This is not the part where I start to rant about the folly of all this vast collection of data and preach a return to "simpler times" when people only recorded the things that "really mattered". Actually I think it's all rather wonderful, and I envy my grandchildren the high-definition, wide-screen, surround sound view that they will have into what will no-doubt be regarded as the quaint, old-fashioned times in which we live. I have just two questions:
  1. What plans, if any, do you have for collecting preserving the data left behind by your grandparents, or parents?
  2. What plans, if any, do you have for curating your own data to present it in the most accessible way for your grandchildren. Will you be leaving behind an unsorted blob of information, or picking out the most interesting parts for easy access? Will you delete all the saucy bits, leave them stand, or lock them in some kind of data time-capsule, to be opened only after all your children have died, to save them the embarrassment?
In answer to the first, since I can produce passable scans of both film and prints, I think perhaps I should take it upon myself to collect the few photos that exist of my grandfather. The second is far more difficult - I expect the most I can hope to manage is to keep the record in a single, largely unsorted, uncatalogued blob. I can't imagine wishing to censor anything. In-fact, I intend to be the kind of old man that drops the most inappropriate details of youthful follies into casual conversation. You have been warned.

That's it... I quit... I'm moving on.

So, I've decided to ditch my iPhone. The reasons were purely financial. It hit me that 10 months into contract I'll have spent $1000 just to have this toy. And it isn't like a computer where I'll be done paying for it. I get to keep paying... over and over to have the iPhone.

And what have I been paying for? Yes, I've used the data piece plenty because it was there. The voice minutes are just piling up though. It would be a nice gesture on AT&T's part if they would have a 200 minute voice plan for like $20 if you have the unlimited data plan. I know, I know... pipe dream.

In addition to the silly cost of keeping the device, there were service issues. The reception in my house is unreliable. I can watch it flicker from no bars to full 3G apparently at random while I'm sitting in the same spot. People were reporting getting my text messages hours later. Sometimes I would receive text messages hours later.

Finally, the hardware itself has some shortcomings: the poor camera and lack of SMS. Granted, the SMS business I knew about going in. The not so great camera was a surprise to me.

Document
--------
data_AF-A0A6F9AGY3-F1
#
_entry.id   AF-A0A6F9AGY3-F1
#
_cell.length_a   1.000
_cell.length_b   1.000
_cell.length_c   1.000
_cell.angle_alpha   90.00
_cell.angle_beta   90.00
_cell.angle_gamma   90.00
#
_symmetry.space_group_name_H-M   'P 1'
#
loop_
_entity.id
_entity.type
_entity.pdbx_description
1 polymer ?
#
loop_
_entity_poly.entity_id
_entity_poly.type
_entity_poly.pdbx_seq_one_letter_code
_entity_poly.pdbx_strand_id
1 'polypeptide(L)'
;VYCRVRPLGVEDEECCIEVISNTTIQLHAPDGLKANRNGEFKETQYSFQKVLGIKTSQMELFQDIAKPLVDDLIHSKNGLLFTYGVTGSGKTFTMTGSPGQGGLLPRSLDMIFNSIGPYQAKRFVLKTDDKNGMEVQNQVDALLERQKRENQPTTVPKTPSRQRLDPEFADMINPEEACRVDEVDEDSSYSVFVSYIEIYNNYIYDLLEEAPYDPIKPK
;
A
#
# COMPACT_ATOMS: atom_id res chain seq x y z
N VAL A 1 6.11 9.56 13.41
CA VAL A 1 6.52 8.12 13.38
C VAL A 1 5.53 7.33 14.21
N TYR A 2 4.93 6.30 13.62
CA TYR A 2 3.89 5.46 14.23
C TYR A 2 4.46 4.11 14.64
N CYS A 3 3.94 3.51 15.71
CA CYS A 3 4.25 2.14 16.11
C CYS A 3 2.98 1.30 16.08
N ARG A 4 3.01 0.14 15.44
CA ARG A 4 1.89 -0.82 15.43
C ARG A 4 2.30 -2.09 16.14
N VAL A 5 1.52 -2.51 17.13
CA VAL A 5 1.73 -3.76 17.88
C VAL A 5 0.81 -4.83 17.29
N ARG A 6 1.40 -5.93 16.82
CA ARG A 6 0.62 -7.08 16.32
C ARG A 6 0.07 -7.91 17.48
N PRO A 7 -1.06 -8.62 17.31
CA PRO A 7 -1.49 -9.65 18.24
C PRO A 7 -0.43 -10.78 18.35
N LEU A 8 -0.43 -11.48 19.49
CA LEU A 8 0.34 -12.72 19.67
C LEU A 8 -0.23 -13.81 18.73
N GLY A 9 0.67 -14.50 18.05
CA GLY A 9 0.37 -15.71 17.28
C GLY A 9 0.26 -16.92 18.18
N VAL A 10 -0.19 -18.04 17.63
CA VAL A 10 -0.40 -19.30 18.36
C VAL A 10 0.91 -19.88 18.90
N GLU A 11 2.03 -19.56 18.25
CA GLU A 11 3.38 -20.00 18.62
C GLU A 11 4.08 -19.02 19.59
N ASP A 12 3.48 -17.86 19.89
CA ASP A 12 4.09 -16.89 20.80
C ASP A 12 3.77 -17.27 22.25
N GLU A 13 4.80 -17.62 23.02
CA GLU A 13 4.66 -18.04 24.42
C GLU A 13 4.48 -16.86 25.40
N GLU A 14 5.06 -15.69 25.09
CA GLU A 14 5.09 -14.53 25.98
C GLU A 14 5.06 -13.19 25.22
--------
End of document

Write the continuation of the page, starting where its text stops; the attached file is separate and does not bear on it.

If I had sat down and been a bit more focused on reality instead of the dream, I would have realized that I used my phone mainly for texting and SMS. I like sending random picture messages to friends. I take pictures of the jewelry I make and send to flickr to keep track. I post to twitter. I did check my email on occasion. I look up addresses from time to time. I got my money's worth on my old Verizon plan. With the iPhone, I don't feel the same. For the most part, I feel as if I'm just giving money to AT&T as if they were a worthy charity.

In hindsight, I should have been more honest with myself about what I needed in a cell phone and been strong against the sweet seduction of "ZOMG INTERNETS IN MY POCKET!!".

My new LG enV Touch. Forgive the crappy picture, it was taken with the iPhone.

Music Memories & My First Apartment

Listening to Happy Rhodes tonight, I am instantly thinking about moving to Buffalo to live with the man who would become my ex-husband. I moved out of my parents to move in with him. I was 22. I was born and raised in a small rural town outside of Buffalo, and was excited about the idea of living in the city. We found a one room apartment in a rather nice neighborhood. It was a garage converted into living space. One wall was covered with mirrors from ceiling to floor. The bathroom was tiny and there was an out of tune piano in the “hall” area near the door. We didn’t have a tv, we got “online” by checking mail with Pine, and using his college account to get on IRC. I have a lot of little memories, rather than stories, about the place.

I remember our weekly trips to the library downtown, taking the subway down and coming back with piles of books. I remember buying canvases and paint, putting on Susanne Vega, Dead Can Dance and Happy Rhodes and painting late into the night. I remember being broke, really broke. Living on cheetos and coffee broke. I think of all the times I walked to the convenience store near by to get Little Debbie snack cakes, and cheap soda as a treat when we had money. There was the winters, when we would walk to the zoo and pay $1 to walk around because it was so cold. The time that my car got buried in the snow because they didn’t plow our side streets. We lived on rice and ramen, and lots of tea.